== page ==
When this mapping technology is applied to telecommunications, all incoming calls on toll free lines or local lines can be routed according to customized geographic boundaries or almost any other criteria. It also allows call data to be captured and integrated on a map with other data, such as demographic or sales information, so that trends (both good and bad) can be instantly spotted and acted upon.
For franchisors, this incredible combination makes a number of things possible:
Route calls by custom criteria. Incoming customer calls can be directed to the appropriate franchise based on any geographic boundaries you create – even if they don’t match traditional zip codes, area codes, or other “standard” boundary definitions. If you have hundreds of stores across the country, or even several stores within a small geographic area, chances are your franchise territories are fairly complicated, and call routing accuracy can greatly benefit from the application of GIS to some degree.
This will give you the ability to route calls in real time based upon caller and franchise proximity, time of day and day of week, customer input, first-time callers vs. repeat customers, or any other criteria you define. Respecting franchisee boundaries is vitally important to any marketing efforts initiated or controlled by the franchisor.
Improve customer service by tracking information about each call, including the customer’s phone number, name and address, the time and disposition of the call, number of rings or hold time, the length of conversation, and much more. Efforts to improve the customer experience by better handling peak calling periods, rerouting unanswered or busy calls, and even returning missed calls can provide immediate results for the bottom line.
Track results of advertising and marketing programs. Franchisors often use this level of call tracking to measure and improve their return on marketing investments. For example, a franchisor can establish a suite of toll-free numbers that are associated with specific promotions, even for multiple store locations. As call data from each number is tracked, franchisors can immediately see what’s working and what’s not, so they can make any modifications to improve response rates – or stop spending money on promotions in areas that aren’t producing results.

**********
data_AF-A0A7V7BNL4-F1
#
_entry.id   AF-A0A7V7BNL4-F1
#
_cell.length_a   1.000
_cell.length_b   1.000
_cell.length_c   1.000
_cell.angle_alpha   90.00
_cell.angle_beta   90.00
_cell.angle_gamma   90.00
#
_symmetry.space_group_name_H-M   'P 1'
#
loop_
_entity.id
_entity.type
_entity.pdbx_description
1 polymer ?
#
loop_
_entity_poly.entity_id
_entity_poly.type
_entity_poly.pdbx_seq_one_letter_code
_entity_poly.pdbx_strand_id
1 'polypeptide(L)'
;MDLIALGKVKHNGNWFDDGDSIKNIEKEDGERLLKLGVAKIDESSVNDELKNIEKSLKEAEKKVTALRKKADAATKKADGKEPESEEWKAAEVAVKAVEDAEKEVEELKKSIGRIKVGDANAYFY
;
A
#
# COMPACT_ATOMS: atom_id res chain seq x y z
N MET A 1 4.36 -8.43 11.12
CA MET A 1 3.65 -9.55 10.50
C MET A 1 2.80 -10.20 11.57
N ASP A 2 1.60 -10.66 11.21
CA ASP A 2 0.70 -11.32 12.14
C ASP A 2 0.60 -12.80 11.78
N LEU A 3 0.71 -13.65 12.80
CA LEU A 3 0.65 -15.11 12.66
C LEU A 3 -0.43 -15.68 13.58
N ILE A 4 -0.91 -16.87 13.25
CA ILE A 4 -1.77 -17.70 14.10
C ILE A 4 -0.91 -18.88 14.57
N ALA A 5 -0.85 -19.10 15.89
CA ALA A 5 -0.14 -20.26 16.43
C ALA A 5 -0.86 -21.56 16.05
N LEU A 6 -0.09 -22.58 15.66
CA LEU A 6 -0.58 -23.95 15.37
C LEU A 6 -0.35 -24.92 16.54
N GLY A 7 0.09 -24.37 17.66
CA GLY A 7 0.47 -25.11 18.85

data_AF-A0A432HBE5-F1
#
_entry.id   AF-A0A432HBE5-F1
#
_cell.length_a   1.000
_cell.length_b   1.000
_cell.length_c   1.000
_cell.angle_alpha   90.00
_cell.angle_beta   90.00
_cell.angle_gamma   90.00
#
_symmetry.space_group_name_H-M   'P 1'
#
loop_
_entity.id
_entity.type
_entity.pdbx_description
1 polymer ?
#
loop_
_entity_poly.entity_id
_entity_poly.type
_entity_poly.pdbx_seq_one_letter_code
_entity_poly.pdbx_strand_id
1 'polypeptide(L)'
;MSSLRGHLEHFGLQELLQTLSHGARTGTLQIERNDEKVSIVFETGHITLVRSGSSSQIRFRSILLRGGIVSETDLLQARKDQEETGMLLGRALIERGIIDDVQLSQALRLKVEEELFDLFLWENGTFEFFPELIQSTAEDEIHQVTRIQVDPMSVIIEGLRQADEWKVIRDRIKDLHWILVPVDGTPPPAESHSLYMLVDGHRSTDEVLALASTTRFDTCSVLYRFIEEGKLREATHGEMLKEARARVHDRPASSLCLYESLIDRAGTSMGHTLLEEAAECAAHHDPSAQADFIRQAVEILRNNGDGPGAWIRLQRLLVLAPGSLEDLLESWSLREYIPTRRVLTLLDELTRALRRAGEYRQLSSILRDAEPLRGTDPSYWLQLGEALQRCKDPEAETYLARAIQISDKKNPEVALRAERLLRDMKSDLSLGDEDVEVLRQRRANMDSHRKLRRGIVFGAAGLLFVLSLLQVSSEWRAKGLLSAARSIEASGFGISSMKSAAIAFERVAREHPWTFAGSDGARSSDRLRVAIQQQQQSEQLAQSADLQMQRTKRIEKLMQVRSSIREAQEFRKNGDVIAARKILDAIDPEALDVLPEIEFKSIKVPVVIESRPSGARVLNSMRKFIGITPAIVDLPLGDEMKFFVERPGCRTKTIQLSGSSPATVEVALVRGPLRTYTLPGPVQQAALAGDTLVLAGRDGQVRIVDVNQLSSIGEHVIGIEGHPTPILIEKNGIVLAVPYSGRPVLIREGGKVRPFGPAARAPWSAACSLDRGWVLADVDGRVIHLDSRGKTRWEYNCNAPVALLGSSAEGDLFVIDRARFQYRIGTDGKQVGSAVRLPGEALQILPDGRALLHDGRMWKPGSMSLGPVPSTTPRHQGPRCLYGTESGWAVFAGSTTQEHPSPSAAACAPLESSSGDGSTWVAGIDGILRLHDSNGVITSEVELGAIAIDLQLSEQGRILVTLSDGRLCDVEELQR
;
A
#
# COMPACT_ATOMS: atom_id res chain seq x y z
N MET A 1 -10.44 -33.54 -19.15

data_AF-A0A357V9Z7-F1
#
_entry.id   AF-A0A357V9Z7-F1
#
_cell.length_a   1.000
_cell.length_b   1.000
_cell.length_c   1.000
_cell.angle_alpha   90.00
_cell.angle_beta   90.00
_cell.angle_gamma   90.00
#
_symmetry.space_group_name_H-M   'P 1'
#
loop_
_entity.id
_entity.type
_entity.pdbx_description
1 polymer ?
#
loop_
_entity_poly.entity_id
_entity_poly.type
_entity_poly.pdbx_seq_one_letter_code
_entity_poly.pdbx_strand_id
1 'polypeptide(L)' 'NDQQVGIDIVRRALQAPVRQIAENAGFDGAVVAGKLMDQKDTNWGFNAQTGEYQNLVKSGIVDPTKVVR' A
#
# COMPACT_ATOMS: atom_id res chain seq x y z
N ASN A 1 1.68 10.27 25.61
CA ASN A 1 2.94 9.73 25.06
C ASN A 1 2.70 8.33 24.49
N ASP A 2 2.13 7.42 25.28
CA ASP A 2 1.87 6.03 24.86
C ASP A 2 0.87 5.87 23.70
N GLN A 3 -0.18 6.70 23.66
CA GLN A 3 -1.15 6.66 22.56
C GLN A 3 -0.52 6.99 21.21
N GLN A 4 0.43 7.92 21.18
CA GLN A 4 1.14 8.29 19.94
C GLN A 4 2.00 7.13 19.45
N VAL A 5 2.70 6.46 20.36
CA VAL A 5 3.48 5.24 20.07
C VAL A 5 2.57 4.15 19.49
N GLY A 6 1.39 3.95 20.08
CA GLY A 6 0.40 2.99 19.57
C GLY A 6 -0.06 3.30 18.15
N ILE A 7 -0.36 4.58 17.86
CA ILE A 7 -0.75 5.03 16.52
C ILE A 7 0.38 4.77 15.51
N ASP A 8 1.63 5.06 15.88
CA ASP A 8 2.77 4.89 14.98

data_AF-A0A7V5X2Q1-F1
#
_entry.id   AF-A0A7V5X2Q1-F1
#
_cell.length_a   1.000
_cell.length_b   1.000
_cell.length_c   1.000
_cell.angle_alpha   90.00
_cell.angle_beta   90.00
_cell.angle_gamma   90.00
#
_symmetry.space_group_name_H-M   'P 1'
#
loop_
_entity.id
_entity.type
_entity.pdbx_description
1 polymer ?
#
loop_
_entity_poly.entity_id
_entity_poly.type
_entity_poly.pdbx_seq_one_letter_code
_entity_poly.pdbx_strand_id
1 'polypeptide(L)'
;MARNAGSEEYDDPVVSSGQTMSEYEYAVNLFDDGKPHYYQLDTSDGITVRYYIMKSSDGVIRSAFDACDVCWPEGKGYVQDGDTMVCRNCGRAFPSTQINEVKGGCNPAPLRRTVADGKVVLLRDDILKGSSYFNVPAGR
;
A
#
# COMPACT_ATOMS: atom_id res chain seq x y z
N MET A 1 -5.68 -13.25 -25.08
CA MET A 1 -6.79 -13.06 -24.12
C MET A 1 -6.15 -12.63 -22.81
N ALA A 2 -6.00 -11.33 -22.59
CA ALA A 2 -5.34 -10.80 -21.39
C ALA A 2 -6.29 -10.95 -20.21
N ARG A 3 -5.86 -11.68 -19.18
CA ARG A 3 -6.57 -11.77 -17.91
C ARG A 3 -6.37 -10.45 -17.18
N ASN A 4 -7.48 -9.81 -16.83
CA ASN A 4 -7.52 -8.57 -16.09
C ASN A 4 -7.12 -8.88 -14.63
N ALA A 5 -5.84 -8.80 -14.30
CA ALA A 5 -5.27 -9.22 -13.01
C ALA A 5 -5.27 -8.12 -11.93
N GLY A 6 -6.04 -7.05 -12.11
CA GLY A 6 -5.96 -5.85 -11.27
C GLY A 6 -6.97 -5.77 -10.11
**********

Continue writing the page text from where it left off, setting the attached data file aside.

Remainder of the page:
Visually map and analyze information to make better decisions. Once your call data is displayed visually on a map, you can layer it with other geographical data, such as results from advertising promotions, related marketing efforts (e.g. targeted mailings, mobile campaigns, etc.), demographic data, sales data, and franchise territories to see how these disparate, complex data sources interact and relate with each other.
The old adage that a picture is worth a thousand words underestimates the value of the mapping and visualization tools that make it possible for franchisors and franchisees to instantly see opportunities for expansion, for measuring and modifying marketing expenditures for better results, for identifying operational problems to address, and much more.
For example, one IFA member franchise organization immediately saw where new franchises needed to be established in a certain market area based upon the distances that customers were traveling to reach current franchise locations. This “Aha!” moment occurred when the organization plotted current locations and territories with incoming customer calls.
These technologies and the benefits franchisors and franchisees can realize are available now, with no investment in hardware or software. Almost everyone is familiar with GIS today in one form or another, and many franchisors are using GIS and data mining in some way today to help define and build their businesses. Applying these technologies to something often taken for granted, such as phone calls, can help improve your bottom line quickly with clear, demonstrable results.
Published in Franchising World - August 2010